Is “square” functor monomorphic on objects?

I am trying to find whether the polynomial (monomial) functor $P : X \rightarrow X\times X$, i.e. $P(X) = X^2$, is monomorphic on objects, in other words, that if there exists an isomorphism $A\times A \overset {i} {\hookrightarrow} B \times B$, then there is also an isomorphism $A \overset {j} {\hookrightarrow} B$.

I understand that it is important to use the fact that those are squares, i.e. products of isomorphic objects, else it doesn't hold (indeed, $A \times A = (A\times A)\times 1$, etc.).

However I have trouble to figure out the path of the proof. I'm not even sure the property holds outside of the category $Sets$.

• That's not what 'faithful' means in my book. What you wrote looks closer to (but is not the same as) the notion of conservative functor: ncatlab.org/nlab/show/conservative+functor – Todd Trimble Oct 16 '17 at 20:50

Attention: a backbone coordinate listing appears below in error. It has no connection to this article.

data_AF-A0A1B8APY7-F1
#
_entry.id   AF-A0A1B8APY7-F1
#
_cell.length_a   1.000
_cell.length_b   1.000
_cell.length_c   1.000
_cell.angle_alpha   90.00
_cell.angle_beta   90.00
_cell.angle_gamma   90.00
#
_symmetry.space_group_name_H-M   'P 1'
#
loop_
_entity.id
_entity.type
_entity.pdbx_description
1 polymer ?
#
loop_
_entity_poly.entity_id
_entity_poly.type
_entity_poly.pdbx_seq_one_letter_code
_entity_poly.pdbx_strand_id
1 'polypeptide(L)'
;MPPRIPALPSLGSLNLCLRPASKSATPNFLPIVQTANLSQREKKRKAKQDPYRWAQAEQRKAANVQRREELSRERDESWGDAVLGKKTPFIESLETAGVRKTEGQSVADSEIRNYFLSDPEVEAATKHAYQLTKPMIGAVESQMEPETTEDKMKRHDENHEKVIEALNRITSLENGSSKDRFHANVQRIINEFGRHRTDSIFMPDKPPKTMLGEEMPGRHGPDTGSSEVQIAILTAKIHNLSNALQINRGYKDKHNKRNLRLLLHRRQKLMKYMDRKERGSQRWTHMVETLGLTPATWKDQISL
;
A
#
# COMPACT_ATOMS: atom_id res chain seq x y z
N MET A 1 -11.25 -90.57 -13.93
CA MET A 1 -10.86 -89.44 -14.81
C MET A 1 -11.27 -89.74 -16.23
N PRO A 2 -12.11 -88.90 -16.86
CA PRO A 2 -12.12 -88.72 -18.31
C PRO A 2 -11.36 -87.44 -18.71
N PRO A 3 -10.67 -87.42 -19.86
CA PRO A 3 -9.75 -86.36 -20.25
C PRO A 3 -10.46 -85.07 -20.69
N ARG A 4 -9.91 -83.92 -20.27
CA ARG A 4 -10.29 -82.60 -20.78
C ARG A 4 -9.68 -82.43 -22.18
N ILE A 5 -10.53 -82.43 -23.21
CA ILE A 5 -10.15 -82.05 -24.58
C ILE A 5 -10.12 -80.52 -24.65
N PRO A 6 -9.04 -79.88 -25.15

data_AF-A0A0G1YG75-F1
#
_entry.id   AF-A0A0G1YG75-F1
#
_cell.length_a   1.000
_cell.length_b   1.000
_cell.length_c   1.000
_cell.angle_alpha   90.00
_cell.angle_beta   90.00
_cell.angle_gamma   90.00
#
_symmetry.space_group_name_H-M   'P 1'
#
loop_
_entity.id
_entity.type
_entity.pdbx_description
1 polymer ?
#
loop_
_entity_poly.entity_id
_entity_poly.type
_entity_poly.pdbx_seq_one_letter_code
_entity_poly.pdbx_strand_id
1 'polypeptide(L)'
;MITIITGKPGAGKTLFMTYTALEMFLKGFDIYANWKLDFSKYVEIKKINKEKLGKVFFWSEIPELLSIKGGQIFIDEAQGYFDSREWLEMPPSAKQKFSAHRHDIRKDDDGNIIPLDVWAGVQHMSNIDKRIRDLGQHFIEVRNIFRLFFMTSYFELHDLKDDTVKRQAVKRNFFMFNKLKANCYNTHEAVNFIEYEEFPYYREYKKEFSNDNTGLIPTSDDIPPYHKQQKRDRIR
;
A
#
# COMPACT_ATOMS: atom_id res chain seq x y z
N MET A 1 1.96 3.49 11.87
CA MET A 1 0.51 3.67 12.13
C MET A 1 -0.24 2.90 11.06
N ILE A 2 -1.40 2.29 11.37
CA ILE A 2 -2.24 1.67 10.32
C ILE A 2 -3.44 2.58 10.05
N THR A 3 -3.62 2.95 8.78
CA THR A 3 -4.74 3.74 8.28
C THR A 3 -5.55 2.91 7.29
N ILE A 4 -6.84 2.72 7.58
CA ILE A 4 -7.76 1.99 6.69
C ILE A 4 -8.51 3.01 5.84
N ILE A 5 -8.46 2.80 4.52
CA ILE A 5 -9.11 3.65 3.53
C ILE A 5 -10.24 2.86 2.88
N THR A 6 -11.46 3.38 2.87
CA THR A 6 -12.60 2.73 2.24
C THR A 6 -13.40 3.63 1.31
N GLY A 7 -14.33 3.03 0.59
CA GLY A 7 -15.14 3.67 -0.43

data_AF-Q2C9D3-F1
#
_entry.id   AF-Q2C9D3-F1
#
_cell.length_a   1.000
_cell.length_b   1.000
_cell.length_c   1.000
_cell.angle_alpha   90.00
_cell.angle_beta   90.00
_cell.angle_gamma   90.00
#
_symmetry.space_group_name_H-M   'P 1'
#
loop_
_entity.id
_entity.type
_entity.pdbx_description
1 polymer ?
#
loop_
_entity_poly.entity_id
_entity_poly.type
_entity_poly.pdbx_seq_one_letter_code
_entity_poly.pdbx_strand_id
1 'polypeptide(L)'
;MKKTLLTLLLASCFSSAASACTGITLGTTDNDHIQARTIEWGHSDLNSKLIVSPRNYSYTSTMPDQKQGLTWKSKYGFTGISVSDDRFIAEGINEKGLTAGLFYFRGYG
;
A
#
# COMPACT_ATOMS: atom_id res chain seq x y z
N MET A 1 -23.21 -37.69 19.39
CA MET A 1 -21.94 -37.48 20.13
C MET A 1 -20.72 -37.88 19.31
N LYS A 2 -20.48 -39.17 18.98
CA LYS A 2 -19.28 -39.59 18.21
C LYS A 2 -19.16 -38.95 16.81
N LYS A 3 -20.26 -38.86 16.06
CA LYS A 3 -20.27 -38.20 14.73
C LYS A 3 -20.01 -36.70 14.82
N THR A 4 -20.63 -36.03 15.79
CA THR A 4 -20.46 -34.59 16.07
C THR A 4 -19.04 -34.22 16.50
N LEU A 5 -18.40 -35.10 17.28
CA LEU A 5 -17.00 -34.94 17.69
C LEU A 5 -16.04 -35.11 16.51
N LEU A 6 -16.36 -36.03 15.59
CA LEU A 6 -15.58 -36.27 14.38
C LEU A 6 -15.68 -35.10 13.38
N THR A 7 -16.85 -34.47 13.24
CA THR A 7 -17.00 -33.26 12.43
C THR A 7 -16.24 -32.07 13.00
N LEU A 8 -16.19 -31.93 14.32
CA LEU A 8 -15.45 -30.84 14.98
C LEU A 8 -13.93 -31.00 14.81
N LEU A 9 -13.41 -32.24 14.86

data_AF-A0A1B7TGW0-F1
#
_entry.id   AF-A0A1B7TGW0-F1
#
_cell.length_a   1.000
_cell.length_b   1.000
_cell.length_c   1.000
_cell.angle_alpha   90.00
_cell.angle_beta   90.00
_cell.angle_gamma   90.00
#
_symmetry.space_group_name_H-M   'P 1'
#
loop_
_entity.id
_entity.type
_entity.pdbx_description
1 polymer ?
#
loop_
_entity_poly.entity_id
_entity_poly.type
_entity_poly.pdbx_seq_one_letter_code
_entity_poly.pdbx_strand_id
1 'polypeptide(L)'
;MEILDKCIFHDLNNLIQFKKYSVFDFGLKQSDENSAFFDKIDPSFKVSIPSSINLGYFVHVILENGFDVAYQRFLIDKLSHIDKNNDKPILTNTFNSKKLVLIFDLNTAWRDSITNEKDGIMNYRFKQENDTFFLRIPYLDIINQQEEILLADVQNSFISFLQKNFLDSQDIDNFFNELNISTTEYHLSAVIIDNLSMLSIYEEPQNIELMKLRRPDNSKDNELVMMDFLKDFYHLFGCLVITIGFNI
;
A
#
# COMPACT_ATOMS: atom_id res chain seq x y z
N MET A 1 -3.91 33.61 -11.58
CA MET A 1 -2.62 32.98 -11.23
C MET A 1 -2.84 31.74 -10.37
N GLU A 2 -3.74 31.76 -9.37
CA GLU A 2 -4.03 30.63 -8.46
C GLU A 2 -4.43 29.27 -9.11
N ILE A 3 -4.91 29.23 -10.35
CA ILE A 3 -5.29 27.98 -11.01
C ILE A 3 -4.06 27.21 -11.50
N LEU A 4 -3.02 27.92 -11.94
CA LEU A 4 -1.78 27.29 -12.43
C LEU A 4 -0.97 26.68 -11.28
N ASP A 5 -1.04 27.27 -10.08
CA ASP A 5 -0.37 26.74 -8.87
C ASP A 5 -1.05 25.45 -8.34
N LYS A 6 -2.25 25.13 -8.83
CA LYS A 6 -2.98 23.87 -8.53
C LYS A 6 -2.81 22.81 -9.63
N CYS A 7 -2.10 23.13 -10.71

• Yes, thank you. Let me fix it. Let's say "mono on objects" for now. – Almeo Maus Oct 16 '17 at 21:00
• Of course it holds in the category of sets. – HeinrichD Oct 30 '17 at 13:29
• @HeinrichD Yes, and in Sets this property requires the axiom of choice (Tarski theorem) to hold. – Almeo Maus Nov 1 '17 at 23:14

There is a group $A$ that is isomorphic to $A \times \mathbb Z \times \mathbb Z$ but not isomorphic to $A \times \mathbb Z$.
Taking $B = \mathbb A \times \mathbb Z$ produces a counterexample in the category of abelian groups.
• Just a historical comment: Whether there are non-isomorphic abelian groups with $A\times A\cong B\times B$ was Kaplansky’s second “test problem” from 1954, and the first example was published by Jonsson in 1957, long before anybody looked for examples of abelian groups with $A\times\mathbb{Z}\not\cong A\cong A\times\mathbb{Z}\times\mathbb{Z}$. – Jeremy Rickard Oct 16 '17 at 22:23